Busy consumers who want home-cooked healthy meals but don’t have the time to shop are becoming more attracted to the convenience of meal kit delivery services. Consumers who subscribe to these services typically receive a box containing fresh, prepared ingredients for one or more meals and the corresponding recipes. They usually receive them once a week and some even have same-day delivery. As the meal kit sector continues to grow, so does supply chain flexibility and meal kit delivery services demand.

In order to succeed, subscription meal kit companies not only need to offer good, quality meals and an intuitive user interface, but also must have excellent supply chain management skills. Many services promise some mix of local, fresh, reduced-calorie, gluten-free, or organic products and may provide hard to find items. Because of the growth of food home deliveries, the distance between stops has been reduced and the number of items delivered to each stop has been increased. This lowers the carrier’s cost resulting in overall lower shipping costs. The attention to fresh ingredients is often ideal for consumers looking for healthy, tasty meal alternatives with many delivery options. Local farmers also benefit from the increased ongoing demand for their perishable foods.

Meal delivery and meal kit companies are disrupting the food retail market with a simple idea: provide just-in-time products for consumers by taking on the last mile logistics challenge. The last mile delivery challenges encountered by many of these companies lies within their supply chain processes and technology can help. It is easy to deliver meals from a local kitchen by using software to optimize the last mile delivery process. Meal delivery companies are essentially restaurants offering little more than a menu, delivery service, and a box. As a result, they must also cater to local tastes in order to appeal to consumer demand.  The market relies on a premium paid for the convenience of last mile delivery.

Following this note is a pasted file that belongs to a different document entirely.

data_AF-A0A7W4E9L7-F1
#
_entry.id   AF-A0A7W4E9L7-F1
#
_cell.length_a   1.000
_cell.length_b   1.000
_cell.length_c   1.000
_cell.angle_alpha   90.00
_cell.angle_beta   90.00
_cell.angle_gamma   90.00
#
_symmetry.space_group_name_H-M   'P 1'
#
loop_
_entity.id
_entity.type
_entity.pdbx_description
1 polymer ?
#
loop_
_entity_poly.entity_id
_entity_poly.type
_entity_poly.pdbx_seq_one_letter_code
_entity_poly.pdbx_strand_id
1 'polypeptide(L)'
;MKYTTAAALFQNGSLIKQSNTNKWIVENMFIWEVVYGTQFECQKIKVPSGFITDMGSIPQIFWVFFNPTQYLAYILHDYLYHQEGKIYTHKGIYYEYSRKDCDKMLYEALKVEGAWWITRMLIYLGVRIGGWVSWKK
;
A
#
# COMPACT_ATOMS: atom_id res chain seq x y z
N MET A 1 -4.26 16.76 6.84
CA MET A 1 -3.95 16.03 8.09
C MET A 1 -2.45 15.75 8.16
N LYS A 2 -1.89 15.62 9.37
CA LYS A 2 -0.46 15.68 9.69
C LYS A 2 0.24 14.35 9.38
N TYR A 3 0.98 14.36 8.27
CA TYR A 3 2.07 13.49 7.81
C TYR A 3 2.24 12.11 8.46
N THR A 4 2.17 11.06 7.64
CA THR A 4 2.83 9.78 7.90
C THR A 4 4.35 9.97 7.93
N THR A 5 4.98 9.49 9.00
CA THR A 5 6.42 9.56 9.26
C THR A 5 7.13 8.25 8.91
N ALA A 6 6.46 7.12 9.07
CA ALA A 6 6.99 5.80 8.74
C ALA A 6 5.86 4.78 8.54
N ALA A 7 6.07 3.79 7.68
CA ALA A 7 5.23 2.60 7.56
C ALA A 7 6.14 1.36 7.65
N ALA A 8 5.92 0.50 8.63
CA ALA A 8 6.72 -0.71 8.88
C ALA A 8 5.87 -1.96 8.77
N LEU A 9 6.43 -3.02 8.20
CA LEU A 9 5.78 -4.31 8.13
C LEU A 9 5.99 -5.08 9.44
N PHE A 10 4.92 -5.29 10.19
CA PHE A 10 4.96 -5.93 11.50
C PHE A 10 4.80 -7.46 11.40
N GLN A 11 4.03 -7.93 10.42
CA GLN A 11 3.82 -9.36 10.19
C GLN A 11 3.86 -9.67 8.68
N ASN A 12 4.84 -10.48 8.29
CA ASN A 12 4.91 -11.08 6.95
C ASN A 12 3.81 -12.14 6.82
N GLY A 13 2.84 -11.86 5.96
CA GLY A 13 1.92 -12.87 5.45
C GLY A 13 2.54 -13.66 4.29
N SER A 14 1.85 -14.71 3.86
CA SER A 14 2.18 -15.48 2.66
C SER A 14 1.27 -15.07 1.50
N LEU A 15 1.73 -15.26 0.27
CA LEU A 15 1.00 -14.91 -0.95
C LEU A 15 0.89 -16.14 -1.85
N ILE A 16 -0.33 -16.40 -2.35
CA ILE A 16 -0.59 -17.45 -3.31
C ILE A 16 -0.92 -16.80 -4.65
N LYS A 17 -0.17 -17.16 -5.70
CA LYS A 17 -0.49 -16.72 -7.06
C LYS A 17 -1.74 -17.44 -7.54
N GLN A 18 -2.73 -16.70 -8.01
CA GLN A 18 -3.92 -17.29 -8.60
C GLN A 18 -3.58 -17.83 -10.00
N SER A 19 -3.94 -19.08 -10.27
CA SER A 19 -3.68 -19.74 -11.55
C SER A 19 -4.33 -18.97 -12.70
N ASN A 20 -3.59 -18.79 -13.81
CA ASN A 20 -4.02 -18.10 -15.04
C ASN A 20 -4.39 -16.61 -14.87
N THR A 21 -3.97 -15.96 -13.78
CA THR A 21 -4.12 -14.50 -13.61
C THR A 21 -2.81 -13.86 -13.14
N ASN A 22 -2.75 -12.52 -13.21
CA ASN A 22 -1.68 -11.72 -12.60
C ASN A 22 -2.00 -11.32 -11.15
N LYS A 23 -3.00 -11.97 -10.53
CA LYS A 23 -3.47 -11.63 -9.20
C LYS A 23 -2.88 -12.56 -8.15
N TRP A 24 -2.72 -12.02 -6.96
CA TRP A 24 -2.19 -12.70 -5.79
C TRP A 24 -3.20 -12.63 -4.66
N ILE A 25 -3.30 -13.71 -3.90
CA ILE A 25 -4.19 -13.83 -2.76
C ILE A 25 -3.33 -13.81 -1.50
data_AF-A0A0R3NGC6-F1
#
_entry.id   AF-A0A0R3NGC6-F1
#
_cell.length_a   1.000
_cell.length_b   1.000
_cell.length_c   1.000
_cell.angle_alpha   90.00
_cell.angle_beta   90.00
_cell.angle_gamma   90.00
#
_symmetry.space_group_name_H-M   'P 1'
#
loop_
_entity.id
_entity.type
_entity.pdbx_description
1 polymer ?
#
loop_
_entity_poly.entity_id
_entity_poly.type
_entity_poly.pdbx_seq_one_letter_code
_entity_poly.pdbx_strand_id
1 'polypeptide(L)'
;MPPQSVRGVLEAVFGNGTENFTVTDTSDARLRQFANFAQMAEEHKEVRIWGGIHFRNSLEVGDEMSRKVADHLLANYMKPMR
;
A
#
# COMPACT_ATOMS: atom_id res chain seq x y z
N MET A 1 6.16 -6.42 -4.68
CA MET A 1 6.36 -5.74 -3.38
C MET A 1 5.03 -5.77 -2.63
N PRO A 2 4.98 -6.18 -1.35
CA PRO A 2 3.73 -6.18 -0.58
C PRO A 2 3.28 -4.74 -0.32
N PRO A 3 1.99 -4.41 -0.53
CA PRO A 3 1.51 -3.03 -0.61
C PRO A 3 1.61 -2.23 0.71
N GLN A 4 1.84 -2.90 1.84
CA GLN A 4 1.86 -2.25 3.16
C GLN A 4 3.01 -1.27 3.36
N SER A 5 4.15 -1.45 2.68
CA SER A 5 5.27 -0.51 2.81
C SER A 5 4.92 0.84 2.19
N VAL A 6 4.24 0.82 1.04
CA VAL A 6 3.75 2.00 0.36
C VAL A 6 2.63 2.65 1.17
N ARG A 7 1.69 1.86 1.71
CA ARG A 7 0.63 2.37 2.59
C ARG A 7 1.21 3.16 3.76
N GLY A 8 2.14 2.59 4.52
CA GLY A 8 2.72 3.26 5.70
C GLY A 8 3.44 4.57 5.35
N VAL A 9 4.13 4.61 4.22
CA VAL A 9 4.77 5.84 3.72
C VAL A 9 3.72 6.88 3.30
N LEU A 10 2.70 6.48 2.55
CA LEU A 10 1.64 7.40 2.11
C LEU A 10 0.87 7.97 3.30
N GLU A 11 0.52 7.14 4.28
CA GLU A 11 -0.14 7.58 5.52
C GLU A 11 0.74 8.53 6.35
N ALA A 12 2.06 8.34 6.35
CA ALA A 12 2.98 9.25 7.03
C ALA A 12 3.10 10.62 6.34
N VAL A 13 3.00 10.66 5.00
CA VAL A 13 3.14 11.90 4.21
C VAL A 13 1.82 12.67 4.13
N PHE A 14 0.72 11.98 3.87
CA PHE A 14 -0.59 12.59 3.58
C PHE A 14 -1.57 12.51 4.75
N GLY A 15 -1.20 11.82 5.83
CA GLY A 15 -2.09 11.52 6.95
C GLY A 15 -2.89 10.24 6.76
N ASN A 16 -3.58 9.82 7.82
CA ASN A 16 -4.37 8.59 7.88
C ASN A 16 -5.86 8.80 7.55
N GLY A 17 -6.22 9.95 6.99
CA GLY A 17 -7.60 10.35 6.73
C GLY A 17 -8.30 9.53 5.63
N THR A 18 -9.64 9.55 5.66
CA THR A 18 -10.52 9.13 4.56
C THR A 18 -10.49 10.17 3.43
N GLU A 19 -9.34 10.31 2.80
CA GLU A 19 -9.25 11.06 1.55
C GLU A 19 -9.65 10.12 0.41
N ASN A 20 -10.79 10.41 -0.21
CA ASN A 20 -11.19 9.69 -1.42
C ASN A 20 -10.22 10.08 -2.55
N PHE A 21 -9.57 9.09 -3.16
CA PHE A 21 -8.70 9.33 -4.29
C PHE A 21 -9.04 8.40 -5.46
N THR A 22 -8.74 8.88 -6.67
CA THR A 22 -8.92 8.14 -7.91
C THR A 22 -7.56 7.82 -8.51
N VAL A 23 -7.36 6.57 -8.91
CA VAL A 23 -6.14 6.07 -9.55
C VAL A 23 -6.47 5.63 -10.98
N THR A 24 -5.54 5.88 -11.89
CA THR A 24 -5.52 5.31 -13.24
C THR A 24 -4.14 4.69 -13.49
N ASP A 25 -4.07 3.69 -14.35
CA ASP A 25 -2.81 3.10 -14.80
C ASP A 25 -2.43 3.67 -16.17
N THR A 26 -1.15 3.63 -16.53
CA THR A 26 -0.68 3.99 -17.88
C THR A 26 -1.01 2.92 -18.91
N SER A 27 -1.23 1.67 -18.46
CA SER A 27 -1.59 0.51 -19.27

It is difficult to promise local ingredients without opening local kitchens, or transporting all the ingredients to a single distribution center. Companies may also struggle to obtain sufficient quantities of different ingredients if they limit themselves to local sources of supply. One solution may be networks of distribution centers that pull from farmers located within several hundred miles of each other. Once the ingredients arrive at the facilities, they need to be sorted, prepared, packaged, and assembled into meal kits. Meal kit companies need robust systems to be able to handle inbound goods and ingredients, assemble, package, and keep the products hot or cold and secure. In addition, all of the functions have to occur at an extremely fast pace.